Something to Fret About

Let’s Give Them Something to Fret About…

Something to fret about:

Hmmm…… Our Founders, particularly George Washington warned about foreign entanglements.  

Martin guitars with rosewood fingerboards

CITES is an acronym for the Convention on International Trade in Endangered Species of Wild Fauna and Flora. At a conference held in late 2016, this body ruled that all rosewood species of the genus Dalbergia, and also three species of bubinga, are to be protected. Since Brazilian Rosewood is already under CITES protection, this means that now all rosewood is protected.

Is CITES a treaty that I’ve never heard of? Did the Senate advise and consent? Somehow, I doubt it*.

Rosewood and ebony are used in most if not all types of stringed instruments for the fret-boards, not for only guitars. The fret-board (or key-board, if you prefer) affects the resonance and sound quality of the instrument. While I’ve seen maple on an electric guitar, I’ve never seen maple on a violin fret-board. I admit I’m not an expert, there may in fact be maple necks on violins, I just haven’t heard or seen of any.

This seems on first blush like the eco-nazi stuff that Gibson experienced back in 2012 or thereabouts.

New CITES Regulation Impacts International Import/Export of Rosewood…

From Sweetwater, the major online musical instrument and music production retailer in the world. They are located just west of Fort Wayne, IN. I found this in my inbox, since I am a customer.

TechDirt had this way back in 2012:

It’s been close to a year since the Justice Department raided Gibson Guitars for using “illegal wood” on the fingerboards. You’d think something like “illegal wood” wouldn’t require the use of the term “raid,” or the services of 30 agents with guns and bulletproof vests, but hey, welcome to America. The raid was authorized under the Lacey Act, an act whose original use was to curb poaching of illegal species, but soon spread (as these things do) to cover the importing other wildlife and plants.

The fun thing about the law is that staying in compliance requires knowing not only the particular details of over 200 other countries’ laws, but also a bit of mind-reading in order to suss out how the federal government will interpret each one of these laws. Put it all together and you’ve got Gibson’s situation, which is detailed in a post for the Wall Street Journal (gated) but also helpfully detailed at Cato’s new National Police Misconduct Reporting Project. The first indication that this raid was a complete abortion of justice is the fact that the wood Gibson used had made it into the country without being seized:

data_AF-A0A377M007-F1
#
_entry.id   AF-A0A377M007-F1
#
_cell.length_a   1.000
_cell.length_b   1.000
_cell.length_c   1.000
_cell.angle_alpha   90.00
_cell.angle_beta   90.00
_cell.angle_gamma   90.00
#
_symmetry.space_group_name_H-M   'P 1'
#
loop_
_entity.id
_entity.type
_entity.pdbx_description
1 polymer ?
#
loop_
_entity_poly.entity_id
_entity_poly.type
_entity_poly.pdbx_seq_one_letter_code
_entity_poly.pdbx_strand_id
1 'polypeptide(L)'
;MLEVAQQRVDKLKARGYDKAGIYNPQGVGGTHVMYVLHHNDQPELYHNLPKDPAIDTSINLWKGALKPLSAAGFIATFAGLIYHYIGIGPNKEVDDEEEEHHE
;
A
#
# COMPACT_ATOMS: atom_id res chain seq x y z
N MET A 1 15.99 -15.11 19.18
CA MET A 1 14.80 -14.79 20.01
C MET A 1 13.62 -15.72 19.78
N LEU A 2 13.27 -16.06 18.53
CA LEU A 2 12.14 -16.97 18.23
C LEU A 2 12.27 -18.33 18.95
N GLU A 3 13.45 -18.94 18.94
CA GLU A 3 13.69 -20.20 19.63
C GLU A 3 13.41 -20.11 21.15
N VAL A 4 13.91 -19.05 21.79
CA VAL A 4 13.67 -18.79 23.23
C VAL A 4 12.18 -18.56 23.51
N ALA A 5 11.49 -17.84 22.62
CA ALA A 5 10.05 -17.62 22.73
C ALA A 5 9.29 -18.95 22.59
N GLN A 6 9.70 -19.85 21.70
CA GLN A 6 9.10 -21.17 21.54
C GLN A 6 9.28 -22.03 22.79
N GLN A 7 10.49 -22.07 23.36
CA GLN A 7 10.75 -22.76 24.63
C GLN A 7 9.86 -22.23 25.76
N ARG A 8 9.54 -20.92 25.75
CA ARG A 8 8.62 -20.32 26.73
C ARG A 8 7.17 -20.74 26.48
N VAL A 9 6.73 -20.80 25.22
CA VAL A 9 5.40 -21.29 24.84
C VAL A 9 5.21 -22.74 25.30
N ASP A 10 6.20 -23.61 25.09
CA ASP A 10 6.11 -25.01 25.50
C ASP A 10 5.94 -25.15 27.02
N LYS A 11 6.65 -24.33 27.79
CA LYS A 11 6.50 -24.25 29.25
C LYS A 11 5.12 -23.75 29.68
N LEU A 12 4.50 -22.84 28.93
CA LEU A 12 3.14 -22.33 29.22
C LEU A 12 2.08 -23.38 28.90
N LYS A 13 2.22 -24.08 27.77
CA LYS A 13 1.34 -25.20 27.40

The fingerboards of our guitars are made with wood that is imported from India. The wood seized during the Aug. 24 raid, however, was from a Forest Stewardship Council-certified supplier, meaning the wood complies with FSC’s rules requiring that it be harvested legally and in compliance with traditional and civil rights, among other protections. Indian authorities have provided sworn statements approving the shipment, and U.S. Custom allowed the shipment to pass through America’s border and to our factories.

Gibson Guitars CEO Calls Out The Government For ‘Regulating Business Through Criminal Law’ [Updated] | Techdirt

The most informative comment I found at the TechDirt link above:

Anonymous Coward, 7 Aug 2012 @ 8:58am

This is my impression from following the case. I’m a big Les Paul fan, and I also like this sort of legal thing, so I’ve been watching this case for a while now.